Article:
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July 9th, 2006
01:55 am

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This can't be good...
I went out today and measured the span and pocket of the questionable beam up front, reviewed the floor plan to estimate the load per linear foot.

I wonder if the concrete pocket that the beam sits in counts as a cantilever?  Maybe that would lower my deflection...  I don't think so, though.  Any civil or mechanical engineers want to weigh in?

Beam Design Fails?
Beam Design Fails?

Say it ain't so...of course a lot of these parameters were civil-engineer-ese, so I'm not sure I entered them correctly.



Current Mood: worriedworried
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(9 comments | Leave a comment)

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From:(Anonymous)
Date:July 9th, 2006 06:36 am (UTC)
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The graphic's not loading on my end. Problem yours, or mine?

best,

Joel
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From:happypete
Date:July 9th, 2006 02:37 pm (UTC)

hmmm

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try clicking through
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From:macthud
Date:July 10th, 2006 02:41 am (UTC)

Re: hmmm

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clicking through shows it's a permissions error, server-side. I can't be sure whether it's the graphic file itself, or the enclosing directory/ies.
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From:zarhooie
Date:July 9th, 2006 11:42 am (UTC)
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You will sue if it's not to code, yes?
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From:happypete
Date:July 9th, 2006 02:40 pm (UTC)

Suing...

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pretty much means not moving in...

I am going to prevail upon their professional integrity...If they got it wrong, it needs to be fixed.

The "guranteed equivalent" of the W12x26 steel section originally specified is a 50% deeper LVL beem (21" instead of 14").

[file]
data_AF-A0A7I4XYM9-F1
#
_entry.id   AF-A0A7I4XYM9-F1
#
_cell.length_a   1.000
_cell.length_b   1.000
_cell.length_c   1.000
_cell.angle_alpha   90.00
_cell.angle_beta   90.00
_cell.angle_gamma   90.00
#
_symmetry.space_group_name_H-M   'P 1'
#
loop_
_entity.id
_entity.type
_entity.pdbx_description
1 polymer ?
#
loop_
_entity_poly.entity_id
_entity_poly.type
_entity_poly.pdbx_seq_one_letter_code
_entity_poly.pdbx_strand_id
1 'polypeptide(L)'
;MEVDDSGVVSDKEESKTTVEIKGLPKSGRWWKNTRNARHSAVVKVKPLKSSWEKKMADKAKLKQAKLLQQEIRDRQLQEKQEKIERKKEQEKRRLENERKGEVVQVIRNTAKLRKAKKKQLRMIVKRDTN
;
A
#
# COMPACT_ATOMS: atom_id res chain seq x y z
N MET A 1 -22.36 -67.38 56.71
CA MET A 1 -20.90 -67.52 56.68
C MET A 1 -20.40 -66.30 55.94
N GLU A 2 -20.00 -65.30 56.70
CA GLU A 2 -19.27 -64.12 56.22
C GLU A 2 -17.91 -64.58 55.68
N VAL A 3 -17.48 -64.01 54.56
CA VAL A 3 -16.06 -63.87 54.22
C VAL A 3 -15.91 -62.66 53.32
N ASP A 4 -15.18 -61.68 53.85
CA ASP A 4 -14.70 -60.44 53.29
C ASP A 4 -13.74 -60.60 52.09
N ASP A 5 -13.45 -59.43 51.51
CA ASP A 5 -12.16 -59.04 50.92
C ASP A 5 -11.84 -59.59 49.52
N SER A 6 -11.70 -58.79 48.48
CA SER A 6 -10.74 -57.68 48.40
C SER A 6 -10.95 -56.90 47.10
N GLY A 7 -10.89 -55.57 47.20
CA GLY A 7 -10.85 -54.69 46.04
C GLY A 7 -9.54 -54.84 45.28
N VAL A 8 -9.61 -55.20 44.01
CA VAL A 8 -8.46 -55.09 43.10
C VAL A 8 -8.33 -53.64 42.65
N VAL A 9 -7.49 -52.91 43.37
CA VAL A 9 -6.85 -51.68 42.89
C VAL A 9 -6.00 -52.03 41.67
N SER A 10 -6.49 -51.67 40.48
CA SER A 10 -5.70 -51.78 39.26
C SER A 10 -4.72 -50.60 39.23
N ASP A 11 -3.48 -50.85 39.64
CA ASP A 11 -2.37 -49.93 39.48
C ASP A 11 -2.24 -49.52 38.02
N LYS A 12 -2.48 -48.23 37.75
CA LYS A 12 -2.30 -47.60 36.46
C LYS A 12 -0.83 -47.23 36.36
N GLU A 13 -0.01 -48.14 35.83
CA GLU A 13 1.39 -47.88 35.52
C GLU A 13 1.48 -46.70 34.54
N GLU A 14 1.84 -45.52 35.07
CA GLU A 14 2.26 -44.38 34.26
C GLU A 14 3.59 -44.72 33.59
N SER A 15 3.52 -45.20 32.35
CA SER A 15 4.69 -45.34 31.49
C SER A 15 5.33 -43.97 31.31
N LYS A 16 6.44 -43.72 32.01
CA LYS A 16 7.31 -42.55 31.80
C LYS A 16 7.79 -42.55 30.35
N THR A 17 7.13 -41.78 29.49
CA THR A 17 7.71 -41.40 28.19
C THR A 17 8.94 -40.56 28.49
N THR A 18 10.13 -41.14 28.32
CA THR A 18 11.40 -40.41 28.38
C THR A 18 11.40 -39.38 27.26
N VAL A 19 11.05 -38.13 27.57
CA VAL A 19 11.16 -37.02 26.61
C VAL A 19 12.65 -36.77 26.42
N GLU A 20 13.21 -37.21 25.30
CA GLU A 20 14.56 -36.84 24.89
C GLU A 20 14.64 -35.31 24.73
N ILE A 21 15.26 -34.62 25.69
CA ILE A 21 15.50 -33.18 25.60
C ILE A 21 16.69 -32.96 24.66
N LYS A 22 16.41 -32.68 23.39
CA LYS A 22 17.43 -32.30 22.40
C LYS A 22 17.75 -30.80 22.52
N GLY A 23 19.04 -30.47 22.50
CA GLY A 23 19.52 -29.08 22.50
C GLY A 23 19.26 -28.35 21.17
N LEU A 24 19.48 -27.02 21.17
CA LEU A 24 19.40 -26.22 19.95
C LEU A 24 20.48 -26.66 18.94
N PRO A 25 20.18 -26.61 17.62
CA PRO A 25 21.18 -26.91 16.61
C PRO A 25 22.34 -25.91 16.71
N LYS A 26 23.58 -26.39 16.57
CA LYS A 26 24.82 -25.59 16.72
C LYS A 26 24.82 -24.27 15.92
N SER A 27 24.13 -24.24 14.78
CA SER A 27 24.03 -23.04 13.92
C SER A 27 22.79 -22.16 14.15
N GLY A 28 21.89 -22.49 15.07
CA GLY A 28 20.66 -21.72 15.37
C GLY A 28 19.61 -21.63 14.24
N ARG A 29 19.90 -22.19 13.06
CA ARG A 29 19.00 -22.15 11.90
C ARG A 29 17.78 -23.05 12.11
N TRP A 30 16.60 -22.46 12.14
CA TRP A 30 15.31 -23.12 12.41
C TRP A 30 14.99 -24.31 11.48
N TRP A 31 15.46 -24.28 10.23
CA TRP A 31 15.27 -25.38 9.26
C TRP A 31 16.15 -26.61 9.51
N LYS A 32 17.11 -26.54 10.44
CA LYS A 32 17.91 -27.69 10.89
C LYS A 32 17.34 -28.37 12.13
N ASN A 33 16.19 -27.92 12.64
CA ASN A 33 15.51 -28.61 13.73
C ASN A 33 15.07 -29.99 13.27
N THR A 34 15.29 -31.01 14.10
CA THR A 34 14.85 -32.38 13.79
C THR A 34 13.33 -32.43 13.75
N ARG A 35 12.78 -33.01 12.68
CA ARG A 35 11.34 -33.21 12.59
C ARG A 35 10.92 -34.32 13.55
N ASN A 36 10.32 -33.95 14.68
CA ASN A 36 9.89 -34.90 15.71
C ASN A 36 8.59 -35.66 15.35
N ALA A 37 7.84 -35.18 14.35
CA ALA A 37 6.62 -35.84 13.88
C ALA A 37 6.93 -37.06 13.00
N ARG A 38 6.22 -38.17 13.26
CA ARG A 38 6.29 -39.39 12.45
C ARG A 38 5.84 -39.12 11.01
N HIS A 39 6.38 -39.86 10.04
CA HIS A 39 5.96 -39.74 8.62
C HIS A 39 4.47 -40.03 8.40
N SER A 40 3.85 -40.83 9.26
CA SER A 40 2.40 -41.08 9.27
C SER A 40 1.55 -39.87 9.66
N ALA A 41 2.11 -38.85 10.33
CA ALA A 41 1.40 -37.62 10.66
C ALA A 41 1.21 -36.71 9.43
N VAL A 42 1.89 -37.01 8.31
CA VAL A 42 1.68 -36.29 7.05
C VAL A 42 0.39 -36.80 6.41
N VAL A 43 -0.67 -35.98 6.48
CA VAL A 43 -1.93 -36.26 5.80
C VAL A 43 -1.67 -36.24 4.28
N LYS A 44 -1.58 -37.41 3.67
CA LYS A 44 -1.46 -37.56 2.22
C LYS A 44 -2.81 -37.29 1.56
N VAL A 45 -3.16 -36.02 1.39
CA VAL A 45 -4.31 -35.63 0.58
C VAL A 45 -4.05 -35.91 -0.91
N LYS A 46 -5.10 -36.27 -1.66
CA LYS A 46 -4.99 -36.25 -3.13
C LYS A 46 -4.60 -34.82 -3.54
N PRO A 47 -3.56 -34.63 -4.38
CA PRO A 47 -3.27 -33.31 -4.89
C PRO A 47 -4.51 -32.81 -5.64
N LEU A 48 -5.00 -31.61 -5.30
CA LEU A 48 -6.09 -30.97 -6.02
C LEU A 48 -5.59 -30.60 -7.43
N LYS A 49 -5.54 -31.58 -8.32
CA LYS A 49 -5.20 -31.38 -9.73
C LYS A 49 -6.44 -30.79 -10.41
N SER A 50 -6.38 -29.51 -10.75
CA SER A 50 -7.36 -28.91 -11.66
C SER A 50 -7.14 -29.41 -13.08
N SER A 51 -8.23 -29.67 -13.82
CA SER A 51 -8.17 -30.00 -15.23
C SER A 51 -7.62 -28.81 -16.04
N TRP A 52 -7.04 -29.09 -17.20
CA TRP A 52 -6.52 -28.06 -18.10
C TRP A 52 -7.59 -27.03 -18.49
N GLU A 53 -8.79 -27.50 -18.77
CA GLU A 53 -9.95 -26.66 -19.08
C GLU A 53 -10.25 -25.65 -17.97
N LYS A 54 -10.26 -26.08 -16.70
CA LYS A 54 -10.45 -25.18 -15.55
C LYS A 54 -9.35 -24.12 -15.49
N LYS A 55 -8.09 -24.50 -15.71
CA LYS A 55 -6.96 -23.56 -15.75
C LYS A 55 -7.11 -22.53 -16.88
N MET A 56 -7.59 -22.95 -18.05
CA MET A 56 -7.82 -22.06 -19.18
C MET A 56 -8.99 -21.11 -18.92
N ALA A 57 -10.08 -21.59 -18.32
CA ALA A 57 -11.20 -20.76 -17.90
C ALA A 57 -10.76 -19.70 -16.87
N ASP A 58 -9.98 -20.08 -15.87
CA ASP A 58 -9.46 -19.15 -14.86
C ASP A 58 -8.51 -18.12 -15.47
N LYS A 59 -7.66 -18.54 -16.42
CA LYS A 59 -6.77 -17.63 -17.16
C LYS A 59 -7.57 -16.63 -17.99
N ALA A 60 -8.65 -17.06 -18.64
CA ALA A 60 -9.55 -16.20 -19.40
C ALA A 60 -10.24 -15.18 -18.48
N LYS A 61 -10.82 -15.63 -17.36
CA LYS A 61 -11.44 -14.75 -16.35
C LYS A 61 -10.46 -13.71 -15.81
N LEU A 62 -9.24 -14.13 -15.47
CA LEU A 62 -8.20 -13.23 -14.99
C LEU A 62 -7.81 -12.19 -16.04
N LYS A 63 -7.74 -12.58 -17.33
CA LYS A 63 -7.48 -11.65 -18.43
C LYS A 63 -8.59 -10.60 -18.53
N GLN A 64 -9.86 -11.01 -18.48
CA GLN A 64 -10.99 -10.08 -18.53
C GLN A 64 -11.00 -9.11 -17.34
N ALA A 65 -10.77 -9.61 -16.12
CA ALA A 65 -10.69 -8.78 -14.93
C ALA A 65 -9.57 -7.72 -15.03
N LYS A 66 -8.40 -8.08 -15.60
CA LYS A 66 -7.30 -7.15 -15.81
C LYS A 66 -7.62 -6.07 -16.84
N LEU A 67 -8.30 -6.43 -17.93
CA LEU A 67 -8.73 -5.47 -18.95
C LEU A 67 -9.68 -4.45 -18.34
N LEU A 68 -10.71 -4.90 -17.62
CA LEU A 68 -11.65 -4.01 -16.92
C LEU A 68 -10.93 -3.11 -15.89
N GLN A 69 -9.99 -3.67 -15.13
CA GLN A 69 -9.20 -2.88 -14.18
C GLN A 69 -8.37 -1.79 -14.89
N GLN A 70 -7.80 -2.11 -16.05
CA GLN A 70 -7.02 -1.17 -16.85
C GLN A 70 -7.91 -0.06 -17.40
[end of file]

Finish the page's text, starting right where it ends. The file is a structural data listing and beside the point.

When I run the same loading case on even an 18" beam, or a 16" beam at 4 plies instead of 3, it passes...
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From:madbodger
Date:July 9th, 2006 04:39 pm (UTC)
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A cantilever load is one where the load is spread across a beam having a point of support that isn't on an end. This causes deflection to follow a more complicated curve, which is generally flatter overall than a basic catenary. I really doubt it applies in your case.

The usual approaches (assuming the beam is currently in place) depend on how the beam is expected to exceed parameters. Some failures (such as twisting) can be helped by adding steel L channel to the beam's corners. Otherwise, the beam is usually either sistered with another beam to build up an acceptable cross section (I did this in my house), supplemented with a steel I-beam underneath it, and/or additional support columns added. The I-beam approach lowers the ceiling and is therefore not generally preferred. Adding a column generally puts a post in the middle of a room somewhere, which may or may not be a problem depending on the view and whether it could be hidden inside a wall. So sistering the beam is probably your best bet.

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From:gardenfey
Date:July 9th, 2006 07:48 pm (UTC)
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Argh! The structural is coming back to me. Must hide.

I wish I could help you, but I've purged my brain of any structural knowledge.
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From:ladysea
Date:July 10th, 2006 05:22 am (UTC)
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If you are really uncertain, and not sure what your builders are going to say, take it to the city/county engineer and ask them to look at it.

It is always a good idea to get a second opinion, and they would be the people to ask.

I know in commercial builds, all of those things have to be checked by the city engineer's office, but I know little about residental builds.

*remembers the days of driving rolls of plans all over the place to get them approved*
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From:vettecat
Date:July 10th, 2006 06:18 am (UTC)
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I'm surprised they didn't catch this earlier... hope it's not too hard to correct!
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